This year, the Library is celebrating Black History Month with concerts, exhibitions, and The HistoryMakers Digital Archive. Please come to all the events if you can, and please view the events calendar of the Office of African-American Affairs for more activities.
“The Melanoids Present: Stories of the Black Mosaic,” at the Music Library in Old Cabell Hall, February 1, 2019, 6:30 p.m. to 8:30 p.m.—Celebrate the multiplicity of Blackness and “The Black Experience” with song and the dramatic arts. Food will be provided by Mel’s Cafe! If you would like to sign up before the event to perform, please contact Sony Prosper. There will be an opportunity to sign up in person on the day of the concert, but there may be limited slots.
Susana Baca in Concert at UVA, Sunday, February 17, 7:00 p.m. in Old Cabell Hall—Twice winner of the coveted Latin American Grammy Award for the Best Folk Album Lamento Negro (2002) and again for participating in the Latin-American super group Los Super Seven that included Brazilian legend Caetano Veloso and Mexican stars from Los Lobos, Susana Baca has introduced Afro-Peruvian music to the world. Her whole life has been dedicated to celebrating her African heritage, keeping the irresistible rhythms of her ancestors alive. This event is free and open to the public but tickets are required. After February 3 tickets will be available online and at the Arts Box Office in Culbreth Theater, Monday through Friday from 12:00 p.m. to 5:00 p.m. (434-924-3376).
“Everyday People: Images of Blackness, 1700s–2000s,” 1st floor gallery of the Albert and Shirley Small Special Collections Library, January 30 through April 20, 2019—Selected anonymous and familiar African-American images. The exhibition is a photographic mosaic of lives and experiences, memories and traditions that have impacted African-American communities and the nation, arranged in four themes: “Faces,” “Family & Community,” “Recreation & Travel” and “Working Lives.” Individuals emblematic of change and transition in this cultural curation include athletes, children, couples, families, slaves, soldiers, students, and wage earners.
From February 7 through April 20, 2019 in the Reference Room on the 4th floor of Alderman Library there will be an exhibition of book covers representing titles from the Library’s collection of black history materials. The exhibition, which has been designed to complement the exhibition “Everyday People: Images of Blackness, 1700s-2000s” in the Albert and Shirley Small Special Collections Library, includes book covers from such titles as Talking at Trena’s: Everyday Conversations at an African American Tavern; Along Martin Luther King: Travels on Black America’s Main Street; and Black Nature: Four Centuries of African-American Nature Poetry.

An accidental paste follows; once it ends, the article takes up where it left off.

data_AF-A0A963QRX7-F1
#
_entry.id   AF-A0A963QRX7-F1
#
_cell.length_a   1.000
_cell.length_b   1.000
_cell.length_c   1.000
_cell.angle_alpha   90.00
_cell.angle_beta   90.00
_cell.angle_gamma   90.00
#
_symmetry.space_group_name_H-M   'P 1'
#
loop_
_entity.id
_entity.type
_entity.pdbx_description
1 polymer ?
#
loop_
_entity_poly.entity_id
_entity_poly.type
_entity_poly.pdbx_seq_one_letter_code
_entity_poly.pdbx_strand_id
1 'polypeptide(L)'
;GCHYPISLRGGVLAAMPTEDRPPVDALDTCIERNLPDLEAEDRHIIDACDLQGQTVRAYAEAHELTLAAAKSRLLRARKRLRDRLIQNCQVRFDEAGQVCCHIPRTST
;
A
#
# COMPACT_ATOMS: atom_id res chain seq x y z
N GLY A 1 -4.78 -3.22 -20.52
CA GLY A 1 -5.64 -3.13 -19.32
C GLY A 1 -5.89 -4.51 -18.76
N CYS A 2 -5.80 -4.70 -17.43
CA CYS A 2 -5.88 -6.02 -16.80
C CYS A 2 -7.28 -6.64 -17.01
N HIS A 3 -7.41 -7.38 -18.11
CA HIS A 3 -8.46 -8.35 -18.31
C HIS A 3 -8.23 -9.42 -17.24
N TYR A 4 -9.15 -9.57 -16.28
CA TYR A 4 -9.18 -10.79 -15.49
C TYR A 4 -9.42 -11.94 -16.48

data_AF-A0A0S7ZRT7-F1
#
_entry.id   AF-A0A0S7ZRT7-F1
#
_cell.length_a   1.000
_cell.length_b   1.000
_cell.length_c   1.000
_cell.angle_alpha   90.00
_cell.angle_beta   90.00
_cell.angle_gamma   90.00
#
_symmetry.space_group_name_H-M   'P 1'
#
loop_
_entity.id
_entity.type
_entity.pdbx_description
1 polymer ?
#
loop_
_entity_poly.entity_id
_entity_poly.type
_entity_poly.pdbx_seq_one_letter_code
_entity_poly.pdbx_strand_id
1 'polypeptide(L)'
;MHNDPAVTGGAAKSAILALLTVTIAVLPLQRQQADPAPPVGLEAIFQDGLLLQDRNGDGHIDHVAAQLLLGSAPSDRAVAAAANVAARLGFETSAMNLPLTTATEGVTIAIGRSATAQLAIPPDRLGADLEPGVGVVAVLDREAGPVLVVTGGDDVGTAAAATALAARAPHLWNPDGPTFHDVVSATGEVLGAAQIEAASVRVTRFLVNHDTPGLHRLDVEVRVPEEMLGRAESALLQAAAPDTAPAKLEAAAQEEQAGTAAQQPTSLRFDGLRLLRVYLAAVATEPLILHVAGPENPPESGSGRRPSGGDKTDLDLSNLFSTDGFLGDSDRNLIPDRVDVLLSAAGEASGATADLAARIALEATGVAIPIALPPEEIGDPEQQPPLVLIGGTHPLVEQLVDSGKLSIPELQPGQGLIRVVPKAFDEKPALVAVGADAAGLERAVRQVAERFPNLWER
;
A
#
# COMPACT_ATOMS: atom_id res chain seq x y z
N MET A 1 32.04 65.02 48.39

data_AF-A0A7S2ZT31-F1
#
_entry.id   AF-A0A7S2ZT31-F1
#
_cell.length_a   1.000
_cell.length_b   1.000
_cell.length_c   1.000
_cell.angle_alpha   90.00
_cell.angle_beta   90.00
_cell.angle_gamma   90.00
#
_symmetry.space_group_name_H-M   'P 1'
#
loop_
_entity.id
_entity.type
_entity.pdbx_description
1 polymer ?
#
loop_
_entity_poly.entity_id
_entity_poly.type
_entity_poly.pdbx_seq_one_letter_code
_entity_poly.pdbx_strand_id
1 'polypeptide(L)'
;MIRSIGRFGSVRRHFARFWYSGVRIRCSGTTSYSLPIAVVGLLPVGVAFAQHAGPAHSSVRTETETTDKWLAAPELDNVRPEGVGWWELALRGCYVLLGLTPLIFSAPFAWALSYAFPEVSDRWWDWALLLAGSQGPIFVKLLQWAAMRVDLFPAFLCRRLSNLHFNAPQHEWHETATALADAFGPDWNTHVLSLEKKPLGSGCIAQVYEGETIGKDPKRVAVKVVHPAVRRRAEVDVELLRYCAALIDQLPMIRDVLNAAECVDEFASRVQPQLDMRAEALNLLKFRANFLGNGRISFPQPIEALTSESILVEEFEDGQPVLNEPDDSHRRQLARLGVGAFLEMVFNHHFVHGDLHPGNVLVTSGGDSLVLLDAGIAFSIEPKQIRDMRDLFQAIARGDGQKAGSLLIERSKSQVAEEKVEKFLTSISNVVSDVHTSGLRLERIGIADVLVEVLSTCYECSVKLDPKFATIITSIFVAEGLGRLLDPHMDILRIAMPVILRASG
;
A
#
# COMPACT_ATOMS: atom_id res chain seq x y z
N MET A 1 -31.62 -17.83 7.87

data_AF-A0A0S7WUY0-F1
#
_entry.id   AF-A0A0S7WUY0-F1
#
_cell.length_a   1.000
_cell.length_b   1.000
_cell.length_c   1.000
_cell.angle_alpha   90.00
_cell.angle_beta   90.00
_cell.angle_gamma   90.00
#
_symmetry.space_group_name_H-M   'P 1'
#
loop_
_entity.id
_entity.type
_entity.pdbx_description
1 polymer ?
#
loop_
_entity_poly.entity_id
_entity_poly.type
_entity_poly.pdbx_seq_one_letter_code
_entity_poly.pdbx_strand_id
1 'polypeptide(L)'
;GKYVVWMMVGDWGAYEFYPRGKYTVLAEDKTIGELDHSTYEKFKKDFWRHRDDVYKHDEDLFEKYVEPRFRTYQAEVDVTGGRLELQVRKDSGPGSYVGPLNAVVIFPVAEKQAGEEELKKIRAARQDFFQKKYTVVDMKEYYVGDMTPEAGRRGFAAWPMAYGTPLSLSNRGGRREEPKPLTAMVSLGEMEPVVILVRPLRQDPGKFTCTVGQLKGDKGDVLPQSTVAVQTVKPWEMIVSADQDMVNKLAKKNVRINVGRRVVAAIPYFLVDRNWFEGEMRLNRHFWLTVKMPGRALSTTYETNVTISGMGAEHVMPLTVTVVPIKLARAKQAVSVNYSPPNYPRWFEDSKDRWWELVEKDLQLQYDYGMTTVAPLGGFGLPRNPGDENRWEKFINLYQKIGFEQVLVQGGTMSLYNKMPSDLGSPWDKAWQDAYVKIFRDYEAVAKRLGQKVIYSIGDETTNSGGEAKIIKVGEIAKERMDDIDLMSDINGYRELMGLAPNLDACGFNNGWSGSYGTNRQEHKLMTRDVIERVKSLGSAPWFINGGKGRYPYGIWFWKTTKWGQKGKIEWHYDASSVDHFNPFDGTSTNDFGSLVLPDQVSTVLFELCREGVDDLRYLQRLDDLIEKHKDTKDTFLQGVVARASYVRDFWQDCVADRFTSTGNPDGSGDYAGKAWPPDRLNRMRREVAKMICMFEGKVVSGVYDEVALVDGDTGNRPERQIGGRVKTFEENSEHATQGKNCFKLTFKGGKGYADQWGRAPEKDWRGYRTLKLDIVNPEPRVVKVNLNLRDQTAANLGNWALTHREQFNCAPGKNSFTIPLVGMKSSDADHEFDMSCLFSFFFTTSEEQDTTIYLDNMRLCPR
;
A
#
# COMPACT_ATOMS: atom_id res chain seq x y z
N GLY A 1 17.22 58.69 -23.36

THE HISTORYMAKERS DIGITAL ARCHIVE
During the month of February, Library News & Announcements will feature articles on four historical figures who have been interviewed for the The HistoryMakers Digital Archive, the nation’s largest African American video oral history collection. Each article is being posted to coincide with Black Themed Friday events at the Luther Porter Jackson Black Cultural Center, just a few of nearly 2,700 extraordinary lives chronicling African Americans’ contributions in all areas of American life and culture:
- February 1—Eills Marsalis, Jr., jazz pianist, professor of music, father of renowned musicians Branford and Wynton Marsalis.
- February 8—Isaac Hayes, Oscar-winning composer, singer, and musician
- February 15—Barack Obama, fist African American President of the United States
- February 22—Judith Jamison, ballet dancer, director of the Alvin Ailey American Dance Theater
The archive is more than halfway toward founder Julieanna Richardson’s goal of 5,000 interviews, and the Library has been awarded a grant of $1,000,000 from The Andrew W. Mellon Foundation to increase its impact within the scholarly community. University Librarian John Unsworth leads the project, continuing work he began at Richardson’s alma mater, Brandeis University.